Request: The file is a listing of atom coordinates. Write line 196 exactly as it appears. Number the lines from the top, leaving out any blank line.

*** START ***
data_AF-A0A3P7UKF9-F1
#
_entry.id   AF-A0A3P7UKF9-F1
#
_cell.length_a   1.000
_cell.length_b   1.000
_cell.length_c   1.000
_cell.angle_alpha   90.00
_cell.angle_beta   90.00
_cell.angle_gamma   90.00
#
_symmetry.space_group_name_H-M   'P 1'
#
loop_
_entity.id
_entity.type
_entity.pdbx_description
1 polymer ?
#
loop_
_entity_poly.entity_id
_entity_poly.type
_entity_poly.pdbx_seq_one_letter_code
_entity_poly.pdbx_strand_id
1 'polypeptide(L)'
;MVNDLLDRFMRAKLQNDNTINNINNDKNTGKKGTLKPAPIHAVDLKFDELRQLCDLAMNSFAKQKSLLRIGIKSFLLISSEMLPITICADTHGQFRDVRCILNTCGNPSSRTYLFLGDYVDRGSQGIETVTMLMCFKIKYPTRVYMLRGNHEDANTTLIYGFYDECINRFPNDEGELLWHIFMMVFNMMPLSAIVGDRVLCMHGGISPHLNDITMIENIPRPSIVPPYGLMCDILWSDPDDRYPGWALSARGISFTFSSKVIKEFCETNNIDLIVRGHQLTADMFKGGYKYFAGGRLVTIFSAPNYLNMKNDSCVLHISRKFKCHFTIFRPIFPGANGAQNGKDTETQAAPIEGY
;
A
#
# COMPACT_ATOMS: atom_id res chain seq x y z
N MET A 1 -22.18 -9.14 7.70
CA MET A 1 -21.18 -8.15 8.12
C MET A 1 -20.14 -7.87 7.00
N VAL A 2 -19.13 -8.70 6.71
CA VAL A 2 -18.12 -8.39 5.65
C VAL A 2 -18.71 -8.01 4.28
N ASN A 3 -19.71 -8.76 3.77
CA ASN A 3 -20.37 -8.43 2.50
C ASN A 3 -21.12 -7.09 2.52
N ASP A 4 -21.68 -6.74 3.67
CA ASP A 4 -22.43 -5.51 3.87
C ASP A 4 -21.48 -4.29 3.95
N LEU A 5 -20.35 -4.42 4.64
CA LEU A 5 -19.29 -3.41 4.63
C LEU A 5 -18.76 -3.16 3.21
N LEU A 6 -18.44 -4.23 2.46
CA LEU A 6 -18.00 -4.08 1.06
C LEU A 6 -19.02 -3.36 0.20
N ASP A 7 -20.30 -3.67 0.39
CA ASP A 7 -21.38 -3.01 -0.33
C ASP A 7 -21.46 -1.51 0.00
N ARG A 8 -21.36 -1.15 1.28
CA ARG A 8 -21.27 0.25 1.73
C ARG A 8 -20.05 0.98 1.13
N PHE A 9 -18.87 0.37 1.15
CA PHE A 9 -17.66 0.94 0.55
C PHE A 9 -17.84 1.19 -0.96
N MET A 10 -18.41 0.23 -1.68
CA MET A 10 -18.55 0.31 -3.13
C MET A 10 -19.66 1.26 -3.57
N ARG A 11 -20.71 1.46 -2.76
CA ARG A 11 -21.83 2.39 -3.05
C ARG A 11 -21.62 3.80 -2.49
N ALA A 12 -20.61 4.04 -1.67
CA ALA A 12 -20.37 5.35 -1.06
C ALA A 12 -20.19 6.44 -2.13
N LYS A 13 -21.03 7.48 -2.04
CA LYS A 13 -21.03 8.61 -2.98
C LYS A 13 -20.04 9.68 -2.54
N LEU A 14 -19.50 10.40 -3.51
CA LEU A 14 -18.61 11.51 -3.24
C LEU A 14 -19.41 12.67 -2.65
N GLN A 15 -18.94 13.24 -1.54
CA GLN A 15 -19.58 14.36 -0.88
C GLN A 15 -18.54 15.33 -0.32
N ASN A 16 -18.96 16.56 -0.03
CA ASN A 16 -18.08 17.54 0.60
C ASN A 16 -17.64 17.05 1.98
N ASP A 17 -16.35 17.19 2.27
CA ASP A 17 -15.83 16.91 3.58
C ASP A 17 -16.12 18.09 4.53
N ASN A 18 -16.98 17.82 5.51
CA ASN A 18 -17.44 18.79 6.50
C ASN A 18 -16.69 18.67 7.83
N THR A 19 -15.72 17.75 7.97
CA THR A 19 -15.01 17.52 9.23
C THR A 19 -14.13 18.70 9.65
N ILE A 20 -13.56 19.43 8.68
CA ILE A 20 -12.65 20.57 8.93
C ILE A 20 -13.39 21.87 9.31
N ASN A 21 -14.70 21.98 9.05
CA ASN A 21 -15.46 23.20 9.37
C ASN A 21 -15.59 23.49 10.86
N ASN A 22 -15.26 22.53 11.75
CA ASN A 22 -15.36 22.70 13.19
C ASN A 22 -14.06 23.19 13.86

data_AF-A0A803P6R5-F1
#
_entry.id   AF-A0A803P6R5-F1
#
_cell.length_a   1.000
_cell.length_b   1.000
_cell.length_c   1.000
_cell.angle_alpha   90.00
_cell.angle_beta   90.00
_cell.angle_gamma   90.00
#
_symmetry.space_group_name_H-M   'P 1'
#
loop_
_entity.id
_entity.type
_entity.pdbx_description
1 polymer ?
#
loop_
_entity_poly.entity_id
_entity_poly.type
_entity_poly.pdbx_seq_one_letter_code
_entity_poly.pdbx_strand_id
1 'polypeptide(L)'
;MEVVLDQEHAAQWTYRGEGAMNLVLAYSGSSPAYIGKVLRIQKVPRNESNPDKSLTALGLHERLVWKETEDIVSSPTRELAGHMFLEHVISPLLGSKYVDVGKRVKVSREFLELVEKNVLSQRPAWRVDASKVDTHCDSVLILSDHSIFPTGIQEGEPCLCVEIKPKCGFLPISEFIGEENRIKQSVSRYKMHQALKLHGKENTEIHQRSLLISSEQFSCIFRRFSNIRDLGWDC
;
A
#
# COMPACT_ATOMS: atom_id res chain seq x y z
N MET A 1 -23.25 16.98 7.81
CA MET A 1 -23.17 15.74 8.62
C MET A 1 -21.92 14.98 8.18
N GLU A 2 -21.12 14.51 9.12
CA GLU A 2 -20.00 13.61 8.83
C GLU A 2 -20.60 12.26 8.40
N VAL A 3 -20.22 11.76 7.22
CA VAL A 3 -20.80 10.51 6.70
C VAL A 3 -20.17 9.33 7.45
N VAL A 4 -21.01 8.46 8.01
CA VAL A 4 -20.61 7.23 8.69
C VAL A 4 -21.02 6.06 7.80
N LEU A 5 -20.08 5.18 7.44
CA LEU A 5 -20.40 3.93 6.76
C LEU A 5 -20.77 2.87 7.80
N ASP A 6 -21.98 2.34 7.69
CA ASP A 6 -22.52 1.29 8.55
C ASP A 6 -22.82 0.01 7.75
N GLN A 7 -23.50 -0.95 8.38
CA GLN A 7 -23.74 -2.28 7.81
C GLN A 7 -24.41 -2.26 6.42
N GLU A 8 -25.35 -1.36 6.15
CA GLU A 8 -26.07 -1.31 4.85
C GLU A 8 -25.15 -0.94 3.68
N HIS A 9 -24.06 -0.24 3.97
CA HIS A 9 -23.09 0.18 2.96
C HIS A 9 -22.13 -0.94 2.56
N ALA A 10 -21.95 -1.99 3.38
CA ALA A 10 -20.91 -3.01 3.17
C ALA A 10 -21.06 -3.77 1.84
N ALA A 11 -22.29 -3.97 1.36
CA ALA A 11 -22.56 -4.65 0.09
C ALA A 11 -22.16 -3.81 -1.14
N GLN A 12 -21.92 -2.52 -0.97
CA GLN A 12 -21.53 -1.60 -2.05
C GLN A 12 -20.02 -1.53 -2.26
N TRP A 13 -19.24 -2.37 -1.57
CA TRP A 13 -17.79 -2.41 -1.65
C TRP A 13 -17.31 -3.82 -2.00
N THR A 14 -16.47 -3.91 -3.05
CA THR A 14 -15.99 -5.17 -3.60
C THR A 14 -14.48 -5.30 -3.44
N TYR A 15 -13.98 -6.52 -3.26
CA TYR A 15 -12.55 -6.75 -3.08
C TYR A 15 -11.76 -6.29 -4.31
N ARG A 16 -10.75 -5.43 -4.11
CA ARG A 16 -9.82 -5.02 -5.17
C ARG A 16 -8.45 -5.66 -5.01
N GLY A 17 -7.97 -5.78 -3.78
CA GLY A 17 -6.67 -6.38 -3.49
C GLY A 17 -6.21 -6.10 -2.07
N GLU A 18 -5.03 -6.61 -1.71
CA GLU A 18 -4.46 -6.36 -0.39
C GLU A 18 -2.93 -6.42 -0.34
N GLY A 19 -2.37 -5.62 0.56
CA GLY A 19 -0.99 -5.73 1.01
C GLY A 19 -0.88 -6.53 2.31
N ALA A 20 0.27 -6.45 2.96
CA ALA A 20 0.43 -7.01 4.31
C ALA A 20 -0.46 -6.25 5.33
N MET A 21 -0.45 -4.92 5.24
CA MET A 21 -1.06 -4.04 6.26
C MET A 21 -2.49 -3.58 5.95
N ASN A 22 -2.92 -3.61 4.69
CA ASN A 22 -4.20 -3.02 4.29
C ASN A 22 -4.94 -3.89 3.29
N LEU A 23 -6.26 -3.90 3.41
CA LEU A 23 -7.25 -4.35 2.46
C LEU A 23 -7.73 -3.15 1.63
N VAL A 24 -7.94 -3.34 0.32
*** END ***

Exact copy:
N VAL A 24 -7.94 -3.34 0.32